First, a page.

Some of the most common sights in trading are triangles in chart patterns. They come in three varieties, descending, ascending and symmetrical triangles.

**Descending Triangles**

Descending Triangles appear at bottoms, tops and in the middle of trends. The trade is to wait for an upward breakout.

Descending Triangles after upward price movement tend to break upwards more often than downwards.

Descending Triangles after downward price action break downwards more often than they break upwards. However, they are best traded upwards as a reversal trade as the risk and reward is better in these trades. This means ignoring the more common downward breakout.

### Identifying Descending Triangles

Descending Triangles have a horizontal bottom trendline and a down-sloping upper trendline. Both the lower and upper boundaries of the triangle require two price touches. You will therefore identify them by observing price descending to the lower boundary and bouncing twice from the same level. Price will then rise to the upper boundary and start making lower highs. Two price rises will form the upper boundary. You can then plot your triangle, ABCD.

A – First touch of horizontal boundary.

B – First high.

C – Second touch of horizontal boundary and then price reverses. This enables you to plot the horizontal trendline at the bottom boundary of the triangle.

D – Second high. A lower high. This enables you to plot the down-sloping trendline.

Once you have your lower and upper boundaries you can plot the trendlines forward until they meet and close the right side of the triangle.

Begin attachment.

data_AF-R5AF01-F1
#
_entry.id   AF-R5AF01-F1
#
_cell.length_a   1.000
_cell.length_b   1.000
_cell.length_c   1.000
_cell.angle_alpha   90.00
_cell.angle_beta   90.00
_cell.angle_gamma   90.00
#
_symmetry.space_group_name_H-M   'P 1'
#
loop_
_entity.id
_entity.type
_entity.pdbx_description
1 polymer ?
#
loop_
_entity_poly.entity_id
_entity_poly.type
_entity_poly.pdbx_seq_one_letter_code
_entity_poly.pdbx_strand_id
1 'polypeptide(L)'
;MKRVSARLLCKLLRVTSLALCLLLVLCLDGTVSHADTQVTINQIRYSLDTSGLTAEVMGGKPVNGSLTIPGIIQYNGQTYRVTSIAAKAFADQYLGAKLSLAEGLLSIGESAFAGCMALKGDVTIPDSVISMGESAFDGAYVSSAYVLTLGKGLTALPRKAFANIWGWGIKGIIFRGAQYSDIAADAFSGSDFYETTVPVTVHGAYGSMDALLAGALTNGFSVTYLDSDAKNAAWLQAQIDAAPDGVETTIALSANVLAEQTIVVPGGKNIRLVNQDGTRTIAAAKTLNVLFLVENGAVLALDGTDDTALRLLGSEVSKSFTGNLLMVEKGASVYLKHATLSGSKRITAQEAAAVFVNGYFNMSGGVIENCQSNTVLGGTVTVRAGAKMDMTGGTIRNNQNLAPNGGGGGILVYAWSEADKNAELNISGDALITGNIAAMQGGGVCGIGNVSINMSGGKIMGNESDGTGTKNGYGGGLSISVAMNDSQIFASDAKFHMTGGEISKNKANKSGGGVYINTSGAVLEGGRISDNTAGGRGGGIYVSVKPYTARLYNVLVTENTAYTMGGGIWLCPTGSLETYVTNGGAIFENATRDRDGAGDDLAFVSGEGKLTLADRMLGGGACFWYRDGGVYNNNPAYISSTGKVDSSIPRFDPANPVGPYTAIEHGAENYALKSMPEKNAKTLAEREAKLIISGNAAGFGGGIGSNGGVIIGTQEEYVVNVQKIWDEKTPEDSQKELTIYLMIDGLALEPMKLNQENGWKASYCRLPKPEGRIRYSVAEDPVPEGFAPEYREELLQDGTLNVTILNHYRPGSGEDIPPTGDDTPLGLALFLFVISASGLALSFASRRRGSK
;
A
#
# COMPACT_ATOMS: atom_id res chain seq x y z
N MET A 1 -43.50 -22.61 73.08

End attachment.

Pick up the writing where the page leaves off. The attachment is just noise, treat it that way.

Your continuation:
Whilst price is within a triangle formation it is in a price squeeze. Inevitably price will break out of the formation either upwards or downwards. The question is, which way will it break? We are looking for upward breaks.

The price action within the triangle needs to be quite tight, so that you can clearly identify the triangle. If there is too much “white space” then the pattern will not work. Price needs to clearly bounce upwards and downwards off the upper and lower trendlines, crossing from side to side of the triangle.

### Trading Descending Triangles

In order to trade Descending Triangles wait for price to breakout from the upper, down-sloping trendline.

If price breaks the lower, horizontal trendline then ignore the break. Wait to see if price re-enters the triangle in this case and if it then breaks higher you can take the trade.

The buy signal is when price closes above the upper down-sloping trendline.

Pullbacks to the upper trendline and even to the lower trendline after upward breakout are quite common. You should set your stop below the lower trendline upon entry.

Swing traders on higher timeframes can trade the bounces between the triangles after formation and prior to breakout. Buy when price hits the lower trend

line and sell when price hits the upper trendline. Make sure that the triangle is a big enough size to allow the risk and reward to work for you on these trades.